Have you been in such a situation when you visited a web site and after this quick 5 minutes check you are haunted by this brand’s ads everywhere you go on the web? Annoying, right? That is actually called targeted advertising.
Targeted advertising is a form of advertising where online advertisers can use sophisticated methods to target the most receptive audiences with certain traits, based on the product or person the advertiser is promoting. These traits can either be demographic which are focused on race, economic status, sex, age, the level of education, income level and employment or they can be psychographically focused which is based on the consumer’s values, personality, attitudes, opinions, lifestyles, and interests.
According to Toubiana et al. (2010), online behavioral advertising (OBA), also called online behavioral ad targeting, has began in the late 1990s. DoubleClick used 3rd party cookies to track users across sites and presented ads based on the user’s browsing patterns. Nowadays OBA is a large and complex industry where entire exchanges trade user information specifically for the purpose of better ad placement. This means that if you visit a certain website, it will follow you on Instagram, Facebook, Youtube and what’s more – on your every device! In fact, there is a real-life example, which makes me feel uncomfortable using my own gadgets: today at 19:30 i was checking out hm.com from my mobile and spend a few seconds more staring at 2 particular items. Now I see them popping up in my Facebook news feed! That is kind of scary. I can’t say that by seeing this ad I feel motivated to buy those items, or it makes me question if I really want those things. It only makes me feel spied by intrusive ads of H&M and decreases my loyalty to this brand.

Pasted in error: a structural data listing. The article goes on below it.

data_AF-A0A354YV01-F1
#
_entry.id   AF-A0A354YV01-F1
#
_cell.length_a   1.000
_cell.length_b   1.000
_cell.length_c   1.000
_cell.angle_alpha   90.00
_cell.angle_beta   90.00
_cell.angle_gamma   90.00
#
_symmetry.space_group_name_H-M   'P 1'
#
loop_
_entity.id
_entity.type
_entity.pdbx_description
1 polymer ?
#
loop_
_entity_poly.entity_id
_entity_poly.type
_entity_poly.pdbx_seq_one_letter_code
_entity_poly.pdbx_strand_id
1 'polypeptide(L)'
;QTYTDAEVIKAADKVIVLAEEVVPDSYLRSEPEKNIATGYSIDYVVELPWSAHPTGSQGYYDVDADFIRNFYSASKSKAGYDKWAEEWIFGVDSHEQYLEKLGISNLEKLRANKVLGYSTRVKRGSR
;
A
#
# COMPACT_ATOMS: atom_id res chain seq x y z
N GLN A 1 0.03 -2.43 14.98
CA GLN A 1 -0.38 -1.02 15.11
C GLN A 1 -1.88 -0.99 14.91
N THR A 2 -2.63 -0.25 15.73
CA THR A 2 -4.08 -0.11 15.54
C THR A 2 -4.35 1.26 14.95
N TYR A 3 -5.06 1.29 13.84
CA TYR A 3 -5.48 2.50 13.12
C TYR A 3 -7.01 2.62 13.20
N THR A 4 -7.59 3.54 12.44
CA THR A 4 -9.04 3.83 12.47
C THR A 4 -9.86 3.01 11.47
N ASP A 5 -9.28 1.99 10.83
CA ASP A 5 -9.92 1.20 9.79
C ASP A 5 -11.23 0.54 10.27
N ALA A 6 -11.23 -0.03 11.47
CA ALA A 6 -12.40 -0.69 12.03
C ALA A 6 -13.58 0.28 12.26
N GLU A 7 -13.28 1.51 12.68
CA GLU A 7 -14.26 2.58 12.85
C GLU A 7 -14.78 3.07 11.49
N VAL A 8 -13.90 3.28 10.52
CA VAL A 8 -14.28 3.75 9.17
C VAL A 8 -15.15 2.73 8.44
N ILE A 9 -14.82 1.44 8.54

To make a long story short, targeted advertising raises privacy concerns. Targeted advertising is performed by analyzing consumers’ activities through online services such as cookies and data-mining, both of which can be seen as detrimental to consumers’ privacy. In other words, companies monitor what you do, where you go, who you interact with and what your interests are. They do it privately and securely, and it’s all automated so that no human being actually learns anything about you. And then the online world becomes customized, just for you. The ads are always the things you want to buy. The services are just what you’re looking for. But does it really works the way it was designed?